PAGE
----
Interactive Investor

Another rate rise looms despite inflation’s big fall

A big drop in UK inflation has done little to ease nerves over yet another interest rate rise. How have markets reacted to the latest developments?

16th August 2023 15:34

by Graeme Evans from interactive investor

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No end in sight to the run of UK interest rate rises and uncertainty over the summit for US borrowing costs ensured the poor August for stock markets continued today.

The FTSE 100 index weakened to a fresh one-month low at 7339.4 by the time of Wall Street’s opening bell, meaning the top flight has lost almost 5% this month.

China’s run of poor economic figures and ongoing uncertainty over the likely summit for rates on both sides of the Atlantic have clouded the investment case since a strong July.

Today’s inflation figures in the UK did little to help matters after yesterday’s blockbuster wage growth, even though the headline rate fell broadly in line with expectations to 6.8%.

The fly in the ointment came from services inflation, a key metric watched by the Bank of England that rebounded by more than forecast from 7.2% to 7.4% year-on-year.

Deutsche Bank believes this reading “lowers the bar” for another forceful hike by the Bank of England’s monetary policy committee (MPC) on 21 September.

Markets have already priced in a near 25% chance that the MPC delivers another 0.5% hike, a move that would take the base rate from 5.25% to 5.75%.

This week’s surprise rise in the unemployment rate to 4.2% and drop in headline inflation means Deutsche Bank economist Sanjay Raja still errs on the side of a quarter-point hike.

One more set of labour market and inflation data is due prior to the September decision, although a repeat of the beats on wage growth and prices in the services sector could mean the odds tilt firmly to a half point rise next month.

The pound today rose 0.4% against the US dollar to $1.275, another factor putting downward pressure on overseas earning stocks in the FTSE 100.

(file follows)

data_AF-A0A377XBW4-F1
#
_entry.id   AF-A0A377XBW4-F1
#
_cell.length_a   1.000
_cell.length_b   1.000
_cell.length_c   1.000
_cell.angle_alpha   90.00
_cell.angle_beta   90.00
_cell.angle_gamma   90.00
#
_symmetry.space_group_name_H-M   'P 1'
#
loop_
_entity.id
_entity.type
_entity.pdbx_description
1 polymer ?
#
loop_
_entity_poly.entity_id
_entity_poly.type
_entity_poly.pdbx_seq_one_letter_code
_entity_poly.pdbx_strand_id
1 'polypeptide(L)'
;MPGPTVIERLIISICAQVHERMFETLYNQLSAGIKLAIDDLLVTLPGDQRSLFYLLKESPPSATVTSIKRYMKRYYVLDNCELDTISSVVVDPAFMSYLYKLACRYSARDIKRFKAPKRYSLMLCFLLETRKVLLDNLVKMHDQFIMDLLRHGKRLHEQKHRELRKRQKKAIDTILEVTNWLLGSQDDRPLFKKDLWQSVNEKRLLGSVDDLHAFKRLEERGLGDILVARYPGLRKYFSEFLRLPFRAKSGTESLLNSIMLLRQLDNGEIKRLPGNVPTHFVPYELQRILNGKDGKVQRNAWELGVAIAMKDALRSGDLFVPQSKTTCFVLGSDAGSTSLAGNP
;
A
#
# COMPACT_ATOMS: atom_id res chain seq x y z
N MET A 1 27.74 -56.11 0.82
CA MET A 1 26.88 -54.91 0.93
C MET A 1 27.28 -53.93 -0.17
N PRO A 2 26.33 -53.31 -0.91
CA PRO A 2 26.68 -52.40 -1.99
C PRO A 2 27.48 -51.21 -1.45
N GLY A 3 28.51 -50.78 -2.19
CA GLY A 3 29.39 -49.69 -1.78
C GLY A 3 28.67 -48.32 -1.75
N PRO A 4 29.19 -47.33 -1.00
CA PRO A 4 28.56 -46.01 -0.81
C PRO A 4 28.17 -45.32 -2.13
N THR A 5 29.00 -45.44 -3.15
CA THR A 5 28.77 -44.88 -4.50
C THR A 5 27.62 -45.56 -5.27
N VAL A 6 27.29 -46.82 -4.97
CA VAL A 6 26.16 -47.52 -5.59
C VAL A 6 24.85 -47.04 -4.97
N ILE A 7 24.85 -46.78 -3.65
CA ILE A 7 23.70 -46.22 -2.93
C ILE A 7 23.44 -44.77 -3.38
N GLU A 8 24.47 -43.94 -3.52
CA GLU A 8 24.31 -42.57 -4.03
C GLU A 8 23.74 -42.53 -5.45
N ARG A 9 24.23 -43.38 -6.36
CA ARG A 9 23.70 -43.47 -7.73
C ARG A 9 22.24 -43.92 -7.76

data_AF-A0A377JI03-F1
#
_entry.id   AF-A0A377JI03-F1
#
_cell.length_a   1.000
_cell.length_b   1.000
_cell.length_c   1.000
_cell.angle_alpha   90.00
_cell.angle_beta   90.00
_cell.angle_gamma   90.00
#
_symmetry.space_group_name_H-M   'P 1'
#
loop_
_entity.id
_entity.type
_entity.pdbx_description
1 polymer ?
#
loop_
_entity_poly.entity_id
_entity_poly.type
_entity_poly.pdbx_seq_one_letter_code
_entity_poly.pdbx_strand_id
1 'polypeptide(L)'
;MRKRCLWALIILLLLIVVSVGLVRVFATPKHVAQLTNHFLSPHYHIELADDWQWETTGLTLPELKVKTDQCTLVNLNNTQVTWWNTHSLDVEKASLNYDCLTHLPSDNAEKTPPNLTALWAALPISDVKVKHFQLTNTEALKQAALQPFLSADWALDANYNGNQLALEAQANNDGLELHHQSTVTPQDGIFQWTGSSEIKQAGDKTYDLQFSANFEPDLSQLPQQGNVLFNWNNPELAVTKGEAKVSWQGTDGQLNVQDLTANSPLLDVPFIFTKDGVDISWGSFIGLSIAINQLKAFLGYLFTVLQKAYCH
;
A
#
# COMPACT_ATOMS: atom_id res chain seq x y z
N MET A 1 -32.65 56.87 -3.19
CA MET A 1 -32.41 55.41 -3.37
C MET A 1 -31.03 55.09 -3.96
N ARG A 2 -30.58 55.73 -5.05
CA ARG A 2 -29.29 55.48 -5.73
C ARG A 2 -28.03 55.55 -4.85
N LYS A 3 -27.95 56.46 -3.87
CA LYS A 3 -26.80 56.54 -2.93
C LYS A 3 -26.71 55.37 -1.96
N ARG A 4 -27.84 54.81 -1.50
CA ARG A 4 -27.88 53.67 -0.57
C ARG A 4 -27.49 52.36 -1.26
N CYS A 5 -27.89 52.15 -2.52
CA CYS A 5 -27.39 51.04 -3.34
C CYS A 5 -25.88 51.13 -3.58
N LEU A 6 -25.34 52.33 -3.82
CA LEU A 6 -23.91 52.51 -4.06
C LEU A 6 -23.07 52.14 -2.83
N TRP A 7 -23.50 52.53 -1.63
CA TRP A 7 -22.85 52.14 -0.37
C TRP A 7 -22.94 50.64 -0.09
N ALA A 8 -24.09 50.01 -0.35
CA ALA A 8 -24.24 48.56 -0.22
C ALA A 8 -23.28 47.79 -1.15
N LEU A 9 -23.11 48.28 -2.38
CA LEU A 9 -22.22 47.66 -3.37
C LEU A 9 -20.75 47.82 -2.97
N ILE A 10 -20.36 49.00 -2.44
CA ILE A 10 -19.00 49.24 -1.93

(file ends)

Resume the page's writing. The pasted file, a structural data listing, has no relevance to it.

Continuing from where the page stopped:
The stubborn nature of UK inflation means the City is no closer to knowing whether September’s anticipated increase is the last in the cycle. 

Julian Jessop, economics fellow at the Institute of Economic Affairs, believes rising unemployment and falling vacancies suggest that wage pressures will soon peak.

He added: “Unfortunately, the Bank of England continues to look backwards at the headline data over the last month or two, rather than pause to assess the impact of the substantial tightening in policy that is already in place. This makes another unnecessary interest rate increase more likely.”

US interest rates appear closer to their peak but fears that borrowing costs may have to stay high for longer have clouded Wall Street sentiment in recent sessions.

July’s quarter-point increase took the target range to between 5.25% and 5.5% but with Federal Reserve policymakers still signalling one final hike later this year. 

However, this week’s strong retail sales figures and robust data on housing starts have heightened jitters over the outlook ahead of tonight’s release of minutes from the central bank’s July meeting. 

Capital Economics said recently it expects the Federal Reserve to begin cutting rates in the first half of next year as disinflation gathers pace. It anticipates up to 200 basis points of cuts next year, which is roughly 75 basis points more than priced into futures markets.

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